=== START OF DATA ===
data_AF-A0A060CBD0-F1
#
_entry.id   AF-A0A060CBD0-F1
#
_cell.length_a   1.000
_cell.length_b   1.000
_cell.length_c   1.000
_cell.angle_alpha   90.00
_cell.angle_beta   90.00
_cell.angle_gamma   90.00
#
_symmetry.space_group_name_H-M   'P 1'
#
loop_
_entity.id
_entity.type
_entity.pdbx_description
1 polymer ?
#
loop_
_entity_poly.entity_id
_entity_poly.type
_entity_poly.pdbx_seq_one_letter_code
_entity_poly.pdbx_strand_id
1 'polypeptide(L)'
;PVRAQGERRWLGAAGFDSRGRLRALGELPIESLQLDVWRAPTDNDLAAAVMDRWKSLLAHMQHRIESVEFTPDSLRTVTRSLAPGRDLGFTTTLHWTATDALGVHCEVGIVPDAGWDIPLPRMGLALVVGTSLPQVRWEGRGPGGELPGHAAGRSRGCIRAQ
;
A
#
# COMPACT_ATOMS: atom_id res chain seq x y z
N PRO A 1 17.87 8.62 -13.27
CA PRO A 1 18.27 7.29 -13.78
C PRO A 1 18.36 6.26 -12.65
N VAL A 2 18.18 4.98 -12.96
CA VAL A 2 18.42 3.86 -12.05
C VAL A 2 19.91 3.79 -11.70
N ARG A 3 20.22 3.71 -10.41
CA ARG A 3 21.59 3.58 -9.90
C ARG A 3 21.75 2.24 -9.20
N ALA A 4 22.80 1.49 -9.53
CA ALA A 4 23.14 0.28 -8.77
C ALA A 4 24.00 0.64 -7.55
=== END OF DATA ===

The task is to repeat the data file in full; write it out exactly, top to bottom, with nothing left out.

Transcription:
data_AF-A0A060CBD0-F1
#
_entry.id   AF-A0A060CBD0-F1
#
_cell.length_a   1.000
_cell.length_b   1.000
_cell.length_c   1.000
_cell.angle_alpha   90.00
_cell.angle_beta   90.00
_cell.angle_gamma   90.00
#
_symmetry.space_group_name_H-M   'P 1'
#
loop_
_entity.id
_entity.type
_entity.pdbx_description
1 polymer ?
#
loop_
_entity_poly.entity_id
_entity_poly.type
_entity_poly.pdbx_seq_one_letter_code
_entity_poly.pdbx_strand_id
1 'polypeptide(L)'
;PVRAQGERRWLGAAGFDSRGRLRALGELPIESLQLDVWRAPTDNDLAAAVMDRWKSLLAHMQHRIESVEFTPDSLRTVTRSLAPGRDLGFTTTLHWTATDALGVHCEVGIVPDAGWDIPLPRMGLALVVGTSLPQVRWEGRGPGGELPGHAAGRSRGCIRAQ
;
A
#
# COMPACT_ATOMS: atom_id res chain seq x y z
N PRO A 1 17.87 8.62 -13.27
CA PRO A 1 18.27 7.29 -13.78
C PRO A 1 18.36 6.26 -12.65
N VAL A 2 18.18 4.98 -12.96
CA VAL A 2 18.42 3.86 -12.05
C VAL A 2 19.91 3.79 -11.70
N ARG A 3 20.22 3.71 -10.41
CA ARG A 3 21.59 3.58 -9.90
C ARG A 3 21.75 2.24 -9.20
N ALA A 4 22.80 1.49 -9.53
CA ALA A 4 23.14 0.28 -8.77
C ALA A 4 24.00 0.64 -7.55